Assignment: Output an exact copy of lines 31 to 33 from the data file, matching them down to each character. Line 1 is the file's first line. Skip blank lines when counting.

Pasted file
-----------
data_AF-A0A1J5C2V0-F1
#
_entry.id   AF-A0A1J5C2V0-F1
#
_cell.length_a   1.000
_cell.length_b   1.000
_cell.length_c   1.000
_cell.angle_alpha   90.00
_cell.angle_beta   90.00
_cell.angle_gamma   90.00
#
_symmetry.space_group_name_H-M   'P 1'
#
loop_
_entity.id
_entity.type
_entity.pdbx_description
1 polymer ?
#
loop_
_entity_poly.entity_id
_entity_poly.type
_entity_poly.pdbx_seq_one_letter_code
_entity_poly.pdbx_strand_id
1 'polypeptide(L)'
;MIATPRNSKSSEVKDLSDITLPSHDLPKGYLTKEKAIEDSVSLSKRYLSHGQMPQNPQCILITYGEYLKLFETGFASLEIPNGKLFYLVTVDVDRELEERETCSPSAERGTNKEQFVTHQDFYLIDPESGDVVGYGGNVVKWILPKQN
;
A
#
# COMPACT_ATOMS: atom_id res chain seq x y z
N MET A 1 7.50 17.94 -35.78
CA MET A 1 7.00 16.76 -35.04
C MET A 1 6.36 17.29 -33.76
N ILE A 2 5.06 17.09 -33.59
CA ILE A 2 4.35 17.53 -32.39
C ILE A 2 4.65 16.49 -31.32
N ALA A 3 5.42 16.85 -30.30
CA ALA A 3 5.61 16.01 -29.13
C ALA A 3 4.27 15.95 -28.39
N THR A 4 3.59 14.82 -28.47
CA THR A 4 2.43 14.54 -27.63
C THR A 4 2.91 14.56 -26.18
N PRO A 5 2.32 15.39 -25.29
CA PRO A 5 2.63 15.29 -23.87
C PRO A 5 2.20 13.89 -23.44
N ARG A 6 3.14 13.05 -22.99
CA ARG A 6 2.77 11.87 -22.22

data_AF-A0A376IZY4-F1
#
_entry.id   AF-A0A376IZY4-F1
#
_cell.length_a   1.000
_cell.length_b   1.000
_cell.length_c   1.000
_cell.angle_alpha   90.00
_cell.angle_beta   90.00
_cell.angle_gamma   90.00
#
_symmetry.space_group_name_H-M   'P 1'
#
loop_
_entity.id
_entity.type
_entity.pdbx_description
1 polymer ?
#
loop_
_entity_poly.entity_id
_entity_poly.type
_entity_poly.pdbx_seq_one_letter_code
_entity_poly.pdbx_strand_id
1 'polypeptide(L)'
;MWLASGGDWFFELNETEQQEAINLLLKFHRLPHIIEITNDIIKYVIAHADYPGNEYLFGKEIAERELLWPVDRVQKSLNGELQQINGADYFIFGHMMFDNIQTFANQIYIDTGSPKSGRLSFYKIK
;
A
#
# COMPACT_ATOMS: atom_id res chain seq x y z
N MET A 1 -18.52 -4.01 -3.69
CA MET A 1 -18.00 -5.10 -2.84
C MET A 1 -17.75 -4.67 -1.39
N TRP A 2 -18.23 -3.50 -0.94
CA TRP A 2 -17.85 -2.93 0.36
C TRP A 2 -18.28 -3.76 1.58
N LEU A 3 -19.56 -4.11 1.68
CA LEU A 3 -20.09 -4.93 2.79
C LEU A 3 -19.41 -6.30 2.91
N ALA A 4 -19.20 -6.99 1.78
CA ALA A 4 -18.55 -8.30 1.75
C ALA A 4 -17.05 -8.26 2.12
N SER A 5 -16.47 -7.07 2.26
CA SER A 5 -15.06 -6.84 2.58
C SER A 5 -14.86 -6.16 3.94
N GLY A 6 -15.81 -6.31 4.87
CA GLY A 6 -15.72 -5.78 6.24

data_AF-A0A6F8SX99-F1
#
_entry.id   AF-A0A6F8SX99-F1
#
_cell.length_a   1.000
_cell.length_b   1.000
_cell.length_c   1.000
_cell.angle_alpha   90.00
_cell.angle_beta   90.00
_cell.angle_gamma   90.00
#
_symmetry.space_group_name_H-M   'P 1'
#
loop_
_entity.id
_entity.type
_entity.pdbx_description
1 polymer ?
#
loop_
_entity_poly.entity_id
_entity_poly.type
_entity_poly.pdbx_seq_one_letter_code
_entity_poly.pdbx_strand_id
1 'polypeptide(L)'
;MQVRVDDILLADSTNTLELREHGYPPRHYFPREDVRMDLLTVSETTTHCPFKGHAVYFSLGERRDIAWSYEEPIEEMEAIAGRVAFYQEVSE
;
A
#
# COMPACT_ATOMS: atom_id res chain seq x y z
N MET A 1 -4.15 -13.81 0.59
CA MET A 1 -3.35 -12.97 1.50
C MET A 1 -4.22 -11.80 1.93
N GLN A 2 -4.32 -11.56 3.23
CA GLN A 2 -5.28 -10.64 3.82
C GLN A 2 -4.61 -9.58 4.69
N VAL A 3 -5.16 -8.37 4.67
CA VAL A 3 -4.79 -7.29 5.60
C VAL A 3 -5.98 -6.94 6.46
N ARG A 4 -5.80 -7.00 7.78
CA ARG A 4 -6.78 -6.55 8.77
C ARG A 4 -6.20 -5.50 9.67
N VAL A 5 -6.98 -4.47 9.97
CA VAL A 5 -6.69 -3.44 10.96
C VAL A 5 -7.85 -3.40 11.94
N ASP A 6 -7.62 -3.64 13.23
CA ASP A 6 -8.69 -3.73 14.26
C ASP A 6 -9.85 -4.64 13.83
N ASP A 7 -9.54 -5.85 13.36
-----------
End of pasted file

N MET A 1 7.50 17.94 -35.78
CA MET A 1 7.00 16.76 -35.04
C MET A 1 6.36 17.29 -33.76